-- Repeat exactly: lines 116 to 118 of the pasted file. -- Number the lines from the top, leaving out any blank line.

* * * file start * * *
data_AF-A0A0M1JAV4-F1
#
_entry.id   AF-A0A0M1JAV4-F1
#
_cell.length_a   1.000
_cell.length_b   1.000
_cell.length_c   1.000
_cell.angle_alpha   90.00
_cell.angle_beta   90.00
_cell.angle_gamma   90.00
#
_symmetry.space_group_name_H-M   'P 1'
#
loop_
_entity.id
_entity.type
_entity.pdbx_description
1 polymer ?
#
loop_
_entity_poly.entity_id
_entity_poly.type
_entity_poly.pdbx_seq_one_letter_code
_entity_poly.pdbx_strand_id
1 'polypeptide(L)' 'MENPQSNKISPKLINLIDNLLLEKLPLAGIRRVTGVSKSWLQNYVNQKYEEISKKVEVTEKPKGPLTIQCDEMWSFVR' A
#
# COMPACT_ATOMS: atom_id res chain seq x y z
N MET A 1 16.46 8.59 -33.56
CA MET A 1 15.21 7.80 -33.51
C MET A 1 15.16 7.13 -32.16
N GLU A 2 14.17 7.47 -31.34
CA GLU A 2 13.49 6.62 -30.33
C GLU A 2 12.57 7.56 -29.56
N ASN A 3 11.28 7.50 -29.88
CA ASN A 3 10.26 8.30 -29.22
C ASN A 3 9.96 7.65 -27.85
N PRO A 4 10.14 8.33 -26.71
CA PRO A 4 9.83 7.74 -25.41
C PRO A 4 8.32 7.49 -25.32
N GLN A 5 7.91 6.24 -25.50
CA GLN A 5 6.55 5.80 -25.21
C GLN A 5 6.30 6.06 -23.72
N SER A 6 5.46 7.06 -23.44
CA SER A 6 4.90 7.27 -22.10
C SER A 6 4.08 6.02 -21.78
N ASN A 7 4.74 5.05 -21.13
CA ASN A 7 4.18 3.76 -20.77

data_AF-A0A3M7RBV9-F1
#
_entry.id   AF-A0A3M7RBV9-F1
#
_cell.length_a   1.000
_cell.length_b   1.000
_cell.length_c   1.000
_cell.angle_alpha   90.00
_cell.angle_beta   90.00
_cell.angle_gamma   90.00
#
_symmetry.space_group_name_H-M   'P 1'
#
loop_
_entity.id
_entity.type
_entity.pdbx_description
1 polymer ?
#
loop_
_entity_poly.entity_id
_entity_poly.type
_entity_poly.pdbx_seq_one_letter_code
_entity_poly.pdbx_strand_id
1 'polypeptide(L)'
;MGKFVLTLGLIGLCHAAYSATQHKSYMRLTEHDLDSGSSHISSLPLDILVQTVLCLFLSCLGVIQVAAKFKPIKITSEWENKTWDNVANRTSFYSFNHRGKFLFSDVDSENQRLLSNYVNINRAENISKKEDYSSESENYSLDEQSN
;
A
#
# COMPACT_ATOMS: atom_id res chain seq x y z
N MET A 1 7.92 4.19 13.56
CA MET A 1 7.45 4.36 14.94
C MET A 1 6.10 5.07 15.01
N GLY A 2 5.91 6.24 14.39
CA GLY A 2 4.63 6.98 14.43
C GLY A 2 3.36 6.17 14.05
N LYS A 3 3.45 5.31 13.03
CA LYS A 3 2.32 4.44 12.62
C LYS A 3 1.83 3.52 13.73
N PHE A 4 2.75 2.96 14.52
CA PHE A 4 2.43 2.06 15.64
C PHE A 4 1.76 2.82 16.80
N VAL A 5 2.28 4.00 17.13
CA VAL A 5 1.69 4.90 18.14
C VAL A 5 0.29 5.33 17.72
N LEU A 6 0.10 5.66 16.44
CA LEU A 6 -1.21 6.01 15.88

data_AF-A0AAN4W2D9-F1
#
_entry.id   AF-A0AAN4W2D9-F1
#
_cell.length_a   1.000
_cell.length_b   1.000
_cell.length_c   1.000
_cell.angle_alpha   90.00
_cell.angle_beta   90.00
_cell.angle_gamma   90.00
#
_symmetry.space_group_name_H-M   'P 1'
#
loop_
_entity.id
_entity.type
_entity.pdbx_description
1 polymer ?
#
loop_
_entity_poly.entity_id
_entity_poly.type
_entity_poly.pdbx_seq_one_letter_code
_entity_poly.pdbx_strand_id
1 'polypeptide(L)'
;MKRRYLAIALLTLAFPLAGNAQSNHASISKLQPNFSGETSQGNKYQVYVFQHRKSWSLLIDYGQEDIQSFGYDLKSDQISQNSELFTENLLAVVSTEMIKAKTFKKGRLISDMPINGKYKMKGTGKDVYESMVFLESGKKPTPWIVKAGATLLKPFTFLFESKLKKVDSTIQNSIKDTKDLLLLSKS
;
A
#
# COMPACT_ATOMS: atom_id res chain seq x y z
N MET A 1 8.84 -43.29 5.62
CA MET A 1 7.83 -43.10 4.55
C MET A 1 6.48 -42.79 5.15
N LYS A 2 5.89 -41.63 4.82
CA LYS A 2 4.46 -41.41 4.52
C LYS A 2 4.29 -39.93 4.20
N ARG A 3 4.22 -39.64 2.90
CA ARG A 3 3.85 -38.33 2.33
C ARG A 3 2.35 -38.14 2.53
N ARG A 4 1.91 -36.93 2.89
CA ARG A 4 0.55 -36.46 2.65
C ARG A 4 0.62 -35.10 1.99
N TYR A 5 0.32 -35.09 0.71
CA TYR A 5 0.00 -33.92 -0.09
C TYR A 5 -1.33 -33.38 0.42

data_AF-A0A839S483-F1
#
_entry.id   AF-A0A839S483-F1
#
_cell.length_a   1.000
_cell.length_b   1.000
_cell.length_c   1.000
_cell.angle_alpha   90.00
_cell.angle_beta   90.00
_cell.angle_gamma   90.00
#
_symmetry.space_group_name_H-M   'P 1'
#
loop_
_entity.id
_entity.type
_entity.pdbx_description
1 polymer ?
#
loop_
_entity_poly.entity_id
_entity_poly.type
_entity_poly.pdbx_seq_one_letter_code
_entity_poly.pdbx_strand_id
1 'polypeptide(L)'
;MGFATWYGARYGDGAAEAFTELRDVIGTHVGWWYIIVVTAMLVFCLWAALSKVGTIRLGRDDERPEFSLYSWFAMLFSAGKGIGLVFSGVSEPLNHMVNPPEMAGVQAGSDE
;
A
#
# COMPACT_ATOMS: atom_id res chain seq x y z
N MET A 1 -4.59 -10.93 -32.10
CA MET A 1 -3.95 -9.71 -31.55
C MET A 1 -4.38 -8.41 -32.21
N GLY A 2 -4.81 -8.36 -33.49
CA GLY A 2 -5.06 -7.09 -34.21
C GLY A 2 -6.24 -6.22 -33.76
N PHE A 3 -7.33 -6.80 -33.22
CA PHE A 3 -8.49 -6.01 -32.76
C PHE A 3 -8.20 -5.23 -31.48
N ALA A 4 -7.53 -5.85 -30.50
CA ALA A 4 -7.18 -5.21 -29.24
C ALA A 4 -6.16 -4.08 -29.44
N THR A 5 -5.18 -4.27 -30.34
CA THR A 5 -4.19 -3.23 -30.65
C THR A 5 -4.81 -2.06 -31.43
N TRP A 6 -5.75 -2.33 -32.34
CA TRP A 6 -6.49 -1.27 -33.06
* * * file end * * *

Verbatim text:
_entity_poly.type
_entity_poly.pdbx_seq_one_letter_code
_entity_poly.pdbx_strand_id